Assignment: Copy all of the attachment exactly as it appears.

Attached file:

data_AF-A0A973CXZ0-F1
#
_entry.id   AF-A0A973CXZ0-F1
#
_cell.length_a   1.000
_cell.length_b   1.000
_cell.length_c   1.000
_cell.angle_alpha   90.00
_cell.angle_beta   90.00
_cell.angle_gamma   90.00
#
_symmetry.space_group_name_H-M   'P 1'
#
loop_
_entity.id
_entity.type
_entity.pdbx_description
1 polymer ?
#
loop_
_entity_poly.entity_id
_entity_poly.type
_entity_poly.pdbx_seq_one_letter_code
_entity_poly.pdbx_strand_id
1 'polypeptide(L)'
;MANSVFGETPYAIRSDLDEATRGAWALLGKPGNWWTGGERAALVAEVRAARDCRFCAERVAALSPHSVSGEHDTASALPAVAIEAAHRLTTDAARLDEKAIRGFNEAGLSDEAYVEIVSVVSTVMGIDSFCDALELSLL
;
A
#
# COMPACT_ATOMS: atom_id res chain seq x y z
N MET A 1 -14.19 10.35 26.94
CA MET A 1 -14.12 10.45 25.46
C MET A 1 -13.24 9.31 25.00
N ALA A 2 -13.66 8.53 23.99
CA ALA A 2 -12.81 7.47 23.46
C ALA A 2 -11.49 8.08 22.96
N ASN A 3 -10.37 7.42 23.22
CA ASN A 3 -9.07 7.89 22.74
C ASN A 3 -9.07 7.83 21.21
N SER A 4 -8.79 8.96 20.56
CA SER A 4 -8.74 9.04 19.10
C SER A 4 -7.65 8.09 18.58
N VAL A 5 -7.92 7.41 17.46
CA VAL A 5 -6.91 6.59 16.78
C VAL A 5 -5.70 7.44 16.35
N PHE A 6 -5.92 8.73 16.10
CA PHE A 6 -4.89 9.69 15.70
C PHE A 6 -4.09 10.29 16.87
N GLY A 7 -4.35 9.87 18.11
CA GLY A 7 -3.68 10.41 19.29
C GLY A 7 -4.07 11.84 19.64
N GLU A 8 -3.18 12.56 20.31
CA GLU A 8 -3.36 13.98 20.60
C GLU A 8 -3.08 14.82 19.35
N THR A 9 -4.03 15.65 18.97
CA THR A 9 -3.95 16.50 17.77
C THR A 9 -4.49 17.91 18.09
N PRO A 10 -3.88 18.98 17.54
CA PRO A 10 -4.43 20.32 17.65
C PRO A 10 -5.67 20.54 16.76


data_AF-A0A973CXZ0-F1
#
_entry.id   AF-A0A973CXZ0-F1
#
_cell.length_a   1.000
_cell.length_b   1.000
_cell.length_c   1.000
_cell.angle_alpha   90.00
_cell.angle_beta   90.00
_cell.angle_gamma   90.00
#
_symmetry.space_group_name_H-M   'P 1'
#
loop_
_entity.id
_entity.type
_entity.pdbx_description
1 polymer ?
#
loop_
_entity_poly.entity_id
_entity_poly.type
_entity_poly.pdbx_seq_one_letter_code
_entity_poly.pdbx_strand_id
1 'polypeptide(L)'
;MANSVFGETPYAIRSDLDEATRGAWALLGKPGNWWTGGERAALVAEVRAARDCRFCAERVAALSPHSVSGEHDTASALPAVAIEAAHRLTTDAARLDEKAIRGFNEAGLSDEAYVEIVSVVSTVMGIDSFCDALELSLL
;
A
#
# COMPACT_ATOMS: atom_id res chain seq x y z
N MET A 1 -14.19 10.35 26.94
CA MET A 1 -14.12 10.45 25.46
C MET A 1 -13.24 9.31 25.00
N ALA A 2 -13.66 8.53 23.99
CA ALA A 2 -12.81 7.47 23.46
C ALA A 2 -11.49 8.08 22.96
N ASN A 3 -10.37 7.42 23.22
CA ASN A 3 -9.07 7.89 22.74
C ASN A 3 -9.07 7.83 21.21
N SER A 4 -8.79 8.96 20.56
CA SER A 4 -8.74 9.04 19.10
C SER A 4 -7.65 8.09 18.58
N VAL A 5 -7.92 7.41 17.46
CA VAL A 5 -6.91 6.59 16.78
C VAL A 5 -5.70 7.44 16.35
N PHE A 6 -5.92 8.73 16.10
CA PHE A 6 -4.89 9.69 15.70
C PHE A 6 -4.09 10.29 16.87
N GLY A 7 -4.35 9.87 18.11
CA GLY A 7 -3.68 10.41 19.29
C GLY A 7 -4.07 11.84 19.64
N GLU A 8 -3.18 12.56 20.31
CA GLU A 8 -3.36 13.98 20.60
C GLU A 8 -3.08 14.82 19.35
N THR A 9 -4.03 15.65 18.97
CA THR A 9 -3.95 16.50 17.77
C THR A 9 -4.49 17.91 18.09
N PRO A 10 -3.88 18.98 17.54
CA PRO A 10 -4.43 20.32 17.65
C PRO A 10 -5.67 20.54 16.76